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What makes a good brand story

Every brand would love a good story to tell. But it’s easy to be mistaken and focus on irrelevant aspects of storytelling. And yet, the crucial elements of a good brand story are but a few.

Few words have been as abused and misunderstood in the world of communication as “storytelling”.

The idea – beyond the hype – is correct. As Robert McKee points out, the classic story structure is the way in which humans tend to read and interpret reality (even their own life), so following narrative frameworks and conventions is the most efficient way to convey information and make it memorable.

As Robert McKee points out, the classic story structure is the way in which humans tend to read and interpret reality.

It’s not always clear, though, how one should bring this idea to life in branding. We often favor the most literal interpretation of the word “story”, so brands rush to create tales – long or short – sometimes with no need.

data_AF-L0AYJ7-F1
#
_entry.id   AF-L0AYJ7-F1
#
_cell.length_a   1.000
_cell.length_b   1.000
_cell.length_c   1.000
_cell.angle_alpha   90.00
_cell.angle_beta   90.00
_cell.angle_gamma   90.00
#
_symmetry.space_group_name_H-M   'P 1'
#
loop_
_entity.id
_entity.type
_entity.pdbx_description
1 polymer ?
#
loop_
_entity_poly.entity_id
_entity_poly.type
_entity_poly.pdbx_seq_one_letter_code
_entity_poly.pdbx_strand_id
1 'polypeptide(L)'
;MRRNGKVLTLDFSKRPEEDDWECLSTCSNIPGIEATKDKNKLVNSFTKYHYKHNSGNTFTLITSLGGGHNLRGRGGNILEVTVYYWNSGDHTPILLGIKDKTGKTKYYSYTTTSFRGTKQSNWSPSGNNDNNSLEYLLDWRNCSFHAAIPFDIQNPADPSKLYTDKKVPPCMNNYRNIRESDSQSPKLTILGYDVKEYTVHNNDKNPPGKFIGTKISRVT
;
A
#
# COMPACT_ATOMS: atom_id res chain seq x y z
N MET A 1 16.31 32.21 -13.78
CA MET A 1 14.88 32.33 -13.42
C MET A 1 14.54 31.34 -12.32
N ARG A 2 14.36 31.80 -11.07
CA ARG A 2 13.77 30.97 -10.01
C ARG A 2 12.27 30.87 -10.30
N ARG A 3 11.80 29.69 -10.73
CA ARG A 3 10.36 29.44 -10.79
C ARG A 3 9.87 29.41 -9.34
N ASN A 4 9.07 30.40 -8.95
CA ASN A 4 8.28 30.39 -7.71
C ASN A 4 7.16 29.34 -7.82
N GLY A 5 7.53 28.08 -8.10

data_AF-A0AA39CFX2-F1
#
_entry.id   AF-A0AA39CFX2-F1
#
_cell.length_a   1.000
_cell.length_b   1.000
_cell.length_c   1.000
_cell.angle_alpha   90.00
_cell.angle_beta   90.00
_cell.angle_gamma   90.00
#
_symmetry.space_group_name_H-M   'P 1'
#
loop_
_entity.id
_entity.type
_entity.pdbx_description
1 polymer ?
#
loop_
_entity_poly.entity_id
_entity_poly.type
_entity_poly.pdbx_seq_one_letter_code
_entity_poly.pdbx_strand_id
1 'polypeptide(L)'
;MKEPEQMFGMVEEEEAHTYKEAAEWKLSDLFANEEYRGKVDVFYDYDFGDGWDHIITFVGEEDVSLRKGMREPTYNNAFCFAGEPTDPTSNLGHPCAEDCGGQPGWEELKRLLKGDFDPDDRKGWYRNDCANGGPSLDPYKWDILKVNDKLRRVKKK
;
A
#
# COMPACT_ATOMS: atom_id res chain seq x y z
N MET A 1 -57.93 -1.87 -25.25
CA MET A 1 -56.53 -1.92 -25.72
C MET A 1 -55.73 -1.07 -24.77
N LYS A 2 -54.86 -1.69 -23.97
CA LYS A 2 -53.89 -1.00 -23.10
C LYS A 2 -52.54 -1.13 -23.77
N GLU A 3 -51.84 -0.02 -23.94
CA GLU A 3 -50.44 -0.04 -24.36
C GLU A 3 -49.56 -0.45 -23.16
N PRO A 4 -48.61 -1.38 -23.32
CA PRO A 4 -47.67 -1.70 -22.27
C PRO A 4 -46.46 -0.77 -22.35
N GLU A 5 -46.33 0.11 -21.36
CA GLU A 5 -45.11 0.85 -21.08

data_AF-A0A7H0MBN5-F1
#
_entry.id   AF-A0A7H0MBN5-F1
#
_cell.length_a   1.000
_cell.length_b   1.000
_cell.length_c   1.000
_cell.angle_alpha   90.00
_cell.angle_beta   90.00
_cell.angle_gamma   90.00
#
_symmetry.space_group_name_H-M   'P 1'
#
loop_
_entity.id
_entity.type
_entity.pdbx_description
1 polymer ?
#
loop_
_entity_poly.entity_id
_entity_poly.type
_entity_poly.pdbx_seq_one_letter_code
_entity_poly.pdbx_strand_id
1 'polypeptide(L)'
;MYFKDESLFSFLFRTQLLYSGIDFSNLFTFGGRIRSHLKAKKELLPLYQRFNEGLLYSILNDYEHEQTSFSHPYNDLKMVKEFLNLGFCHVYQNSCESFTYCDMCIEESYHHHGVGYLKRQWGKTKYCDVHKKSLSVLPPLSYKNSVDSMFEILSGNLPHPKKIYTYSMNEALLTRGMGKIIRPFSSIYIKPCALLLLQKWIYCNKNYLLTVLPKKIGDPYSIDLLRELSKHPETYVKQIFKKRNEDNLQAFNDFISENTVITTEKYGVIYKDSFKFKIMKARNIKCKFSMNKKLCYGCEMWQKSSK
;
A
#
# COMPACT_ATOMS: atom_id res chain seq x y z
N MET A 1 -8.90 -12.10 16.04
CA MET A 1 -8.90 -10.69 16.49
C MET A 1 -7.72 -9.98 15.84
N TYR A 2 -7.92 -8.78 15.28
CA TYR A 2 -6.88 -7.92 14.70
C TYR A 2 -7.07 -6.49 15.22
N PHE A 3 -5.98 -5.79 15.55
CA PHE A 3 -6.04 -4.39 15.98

The good news here is that this effort is not always necessary, but at the same time we need a deeper kind of work that is not over with a well-produced film.

Brand story structure and brand myth

Photo by D A V I D S O N L U N A on Unsplash

The difference between brand myth and brand story

When we think about a brand story, we often have in mind what is called “brand myth”, i.e. the foundational story of the company, which takes on a mythical aura and should orient all of the brand’s future actions.

Brand myths are very popular among business and branding nerds, and some made it into popular culture, as happened with the story of Google starting out from inside a garage.

Brand myths can look like superficial anecdotes, but – if well told – they often define the fundamental elements of the brand story (which we will cover in a while).

Take the example of Chobani, the famous American yogurt brand. Its Turkish founder of Kurdish origins – Hamdi Ulukaya – started the company by saving a small yogurt plant that was about to be closed down by food giant Kraft. In this little tale, you can already find all the values that form Chobani’s brand story.